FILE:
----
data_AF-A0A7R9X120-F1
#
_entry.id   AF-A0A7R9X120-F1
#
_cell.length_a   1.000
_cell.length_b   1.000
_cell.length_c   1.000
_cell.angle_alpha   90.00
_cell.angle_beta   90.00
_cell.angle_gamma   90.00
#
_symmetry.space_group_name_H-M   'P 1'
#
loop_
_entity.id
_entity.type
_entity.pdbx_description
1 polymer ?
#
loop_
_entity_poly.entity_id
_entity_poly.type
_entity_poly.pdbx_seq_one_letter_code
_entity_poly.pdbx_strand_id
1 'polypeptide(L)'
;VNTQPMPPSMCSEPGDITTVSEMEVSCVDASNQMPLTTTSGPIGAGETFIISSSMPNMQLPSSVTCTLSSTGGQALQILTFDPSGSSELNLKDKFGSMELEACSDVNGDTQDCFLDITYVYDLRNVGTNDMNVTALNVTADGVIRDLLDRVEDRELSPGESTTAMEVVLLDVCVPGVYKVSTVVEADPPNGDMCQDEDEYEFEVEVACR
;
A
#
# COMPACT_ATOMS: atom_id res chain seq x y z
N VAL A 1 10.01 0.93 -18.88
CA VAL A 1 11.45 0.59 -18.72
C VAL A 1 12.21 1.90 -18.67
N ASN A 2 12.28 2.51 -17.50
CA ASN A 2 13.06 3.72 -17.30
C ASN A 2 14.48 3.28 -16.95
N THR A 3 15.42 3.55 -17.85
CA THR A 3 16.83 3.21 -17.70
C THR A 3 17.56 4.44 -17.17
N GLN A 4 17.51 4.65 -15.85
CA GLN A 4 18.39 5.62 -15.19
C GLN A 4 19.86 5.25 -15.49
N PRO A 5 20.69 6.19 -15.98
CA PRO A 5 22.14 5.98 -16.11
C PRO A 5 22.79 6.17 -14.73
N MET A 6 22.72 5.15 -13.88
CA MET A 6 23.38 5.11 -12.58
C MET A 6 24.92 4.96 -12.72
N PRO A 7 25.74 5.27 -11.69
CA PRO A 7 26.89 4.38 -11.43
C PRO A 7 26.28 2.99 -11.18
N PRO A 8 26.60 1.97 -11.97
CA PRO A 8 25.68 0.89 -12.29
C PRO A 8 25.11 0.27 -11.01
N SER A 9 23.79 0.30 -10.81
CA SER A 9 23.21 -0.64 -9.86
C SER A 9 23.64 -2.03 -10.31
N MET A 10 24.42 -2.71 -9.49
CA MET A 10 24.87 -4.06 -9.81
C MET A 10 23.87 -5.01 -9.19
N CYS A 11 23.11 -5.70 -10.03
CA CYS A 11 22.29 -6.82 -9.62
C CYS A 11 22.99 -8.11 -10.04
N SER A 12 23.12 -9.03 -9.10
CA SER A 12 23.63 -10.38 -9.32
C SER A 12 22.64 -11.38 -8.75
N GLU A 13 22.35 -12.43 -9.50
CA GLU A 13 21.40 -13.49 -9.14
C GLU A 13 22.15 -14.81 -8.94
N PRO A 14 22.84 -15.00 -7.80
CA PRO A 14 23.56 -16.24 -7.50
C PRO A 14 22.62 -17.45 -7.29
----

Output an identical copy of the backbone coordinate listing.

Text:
data_AF-A0A7R9X120-F1
#
_entry.id   AF-A0A7R9X120-F1
#
_cell.length_a   1.000
_cell.length_b   1.000
_cell.length_c   1.000
_cell.angle_alpha   90.00
_cell.angle_beta   90.00
_cell.angle_gamma   90.00
#
_symmetry.space_group_name_H-M   'P 1'
#
loop_
_entity.id
_entity.type
_entity.pdbx_description
1 polymer ?
#
loop_
_entity_poly.entity_id
_entity_poly.type
_entity_poly.pdbx_seq_one_letter_code
_entity_poly.pdbx_strand_id
1 'polypeptide(L)'
;VNTQPMPPSMCSEPGDITTVSEMEVSCVDASNQMPLTTTSGPIGAGETFIISSSMPNMQLPSSVTCTLSSTGGQALQILTFDPSGSSELNLKDKFGSMELEACSDVNGDTQDCFLDITYVYDLRNVGTNDMNVTALNVTADGVIRDLLDRVEDRELSPGESTTAMEVVLLDVCVPGVYKVSTVVEADPPNGDMCQDEDEYEFEVEVACR
;
A
#
# COMPACT_ATOMS: atom_id res chain seq x y z
N VAL A 1 10.01 0.93 -18.88
CA VAL A 1 11.45 0.59 -18.72
C VAL A 1 12.21 1.90 -18.67
N ASN A 2 12.28 2.51 -17.50
CA ASN A 2 13.06 3.72 -17.30
C ASN A 2 14.48 3.28 -16.95
N THR A 3 15.42 3.55 -17.85
CA THR A 3 16.83 3.21 -17.70
C THR A 3 17.56 4.44 -17.17
N GLN A 4 17.51 4.65 -15.85
CA GLN A 4 18.39 5.62 -15.19
C GLN A 4 19.86 5.25 -15.49
N PRO A 5 20.69 6.19 -15.98
CA PRO A 5 22.14 5.98 -16.11
C PRO A 5 22.79 6.17 -14.73
N MET A 6 22.72 5.15 -13.88
CA MET A 6 23.38 5.11 -12.58
C MET A 6 24.92 4.96 -12.72
N PRO A 7 25.74 5.27 -11.69
CA PRO A 7 26.89 4.38 -11.43
C PRO A 7 26.28 2.99 -11.18
N PRO A 8 26.60 1.97 -11.97
CA PRO A 8 25.68 0.89 -12.29
C PRO A 8 25.11 0.27 -11.01
N SER A 9 23.79 0.30 -10.81
CA SER A 9 23.21 -0.64 -9.86
C SER A 9 23.64 -2.03 -10.31
N MET A 10 24.42 -2.71 -9.49
CA MET A 10 24.87 -4.06 -9.81
C MET A 10 23.87 -5.01 -9.19
N CYS A 11 23.11 -5.70 -10.03
CA CYS A 11 22.29 -6.82 -9.62
C CYS A 11 22.99 -8.11 -10.04
N SER A 12 23.12 -9.03 -9.10
CA SER A 12 23.63 -10.38 -9.32
C SER A 12 22.64 -11.38 -8.75
N GLU A 13 22.35 -12.43 -9.50
CA GLU A 13 21.40 -13.49 -9.14
C GLU A 13 22.15 -14.81 -8.94
N PRO A 14 22.84 -15.00 -7.80
CA PRO A 14 23.56 -16.24 -7.50
C PRO A 14 22.62 -17.45 -7.29